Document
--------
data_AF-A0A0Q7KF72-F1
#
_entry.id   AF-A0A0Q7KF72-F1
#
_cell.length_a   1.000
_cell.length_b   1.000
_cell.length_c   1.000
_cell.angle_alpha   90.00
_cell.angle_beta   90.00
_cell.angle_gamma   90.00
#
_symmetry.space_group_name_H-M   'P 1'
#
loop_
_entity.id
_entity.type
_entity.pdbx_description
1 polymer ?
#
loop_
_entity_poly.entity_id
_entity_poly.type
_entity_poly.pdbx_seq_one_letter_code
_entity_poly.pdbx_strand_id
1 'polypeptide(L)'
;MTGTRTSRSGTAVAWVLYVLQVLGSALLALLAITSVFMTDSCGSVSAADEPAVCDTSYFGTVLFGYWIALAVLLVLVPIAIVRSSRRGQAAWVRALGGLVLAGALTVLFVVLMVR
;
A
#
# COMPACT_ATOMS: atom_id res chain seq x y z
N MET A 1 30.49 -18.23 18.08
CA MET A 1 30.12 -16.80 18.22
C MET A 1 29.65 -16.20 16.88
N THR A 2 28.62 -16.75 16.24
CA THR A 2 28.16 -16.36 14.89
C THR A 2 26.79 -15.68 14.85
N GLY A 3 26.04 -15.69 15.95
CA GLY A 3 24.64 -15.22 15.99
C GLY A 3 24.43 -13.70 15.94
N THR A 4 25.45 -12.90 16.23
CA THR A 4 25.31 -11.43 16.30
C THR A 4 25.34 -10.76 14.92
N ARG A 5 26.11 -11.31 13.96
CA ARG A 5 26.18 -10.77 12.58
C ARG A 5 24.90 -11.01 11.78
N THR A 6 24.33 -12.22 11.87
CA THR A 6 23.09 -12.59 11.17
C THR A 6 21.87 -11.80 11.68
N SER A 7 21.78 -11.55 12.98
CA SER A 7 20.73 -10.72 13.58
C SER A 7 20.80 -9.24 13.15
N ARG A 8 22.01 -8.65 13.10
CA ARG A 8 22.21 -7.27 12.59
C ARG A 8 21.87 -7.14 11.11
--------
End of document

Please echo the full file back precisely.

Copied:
data_AF-A0A0Q7KF72-F1
#
_entry.id   AF-A0A0Q7KF72-F1
#
_cell.length_a   1.000
_cell.length_b   1.000
_cell.length_c   1.000
_cell.angle_alpha   90.00
_cell.angle_beta   90.00
_cell.angle_gamma   90.00
#
_symmetry.space_group_name_H-M   'P 1'
#
loop_
_entity.id
_entity.type
_entity.pdbx_description
1 polymer ?
#
loop_
_entity_poly.entity_id
_entity_poly.type
_entity_poly.pdbx_seq_one_letter_code
_entity_poly.pdbx_strand_id
1 'polypeptide(L)'
;MTGTRTSRSGTAVAWVLYVLQVLGSALLALLAITSVFMTDSCGSVSAADEPAVCDTSYFGTVLFGYWIALAVLLVLVPIAIVRSSRRGQAAWVRALGGLVLAGALTVLFVVLMVR
;
A
#
# COMPACT_ATOMS: atom_id res chain seq x y z
N MET A 1 30.49 -18.23 18.08
CA MET A 1 30.12 -16.80 18.22
C MET A 1 29.65 -16.20 16.88
N THR A 2 28.62 -16.75 16.24
CA THR A 2 28.16 -16.36 14.89
C THR A 2 26.79 -15.68 14.85
N GLY A 3 26.04 -15.69 15.95
CA GLY A 3 24.64 -15.22 15.99
C GLY A 3 24.43 -13.70 15.94
N THR A 4 25.45 -12.90 16.23
CA THR A 4 25.31 -11.43 16.30
C THR A 4 25.34 -10.76 14.92
N ARG A 5 26.11 -11.31 13.96
CA ARG A 5 26.18 -10.77 12.58
C ARG A 5 24.90 -11.01 11.78
N THR A 6 24.33 -12.22 11.87
CA THR A 6 23.09 -12.59 11.17
C THR A 6 21.87 -11.80 11.68
N SER A 7 21.78 -11.55 12.98
CA SER A 7 20.73 -10.72 13.58
C SER A 7 20.80 -9.24 13.15
N ARG A 8 22.01 -8.65 13.10
CA ARG A 8 22.21 -7.27 12.59
C ARG A 8 21.87 -7.14 11.11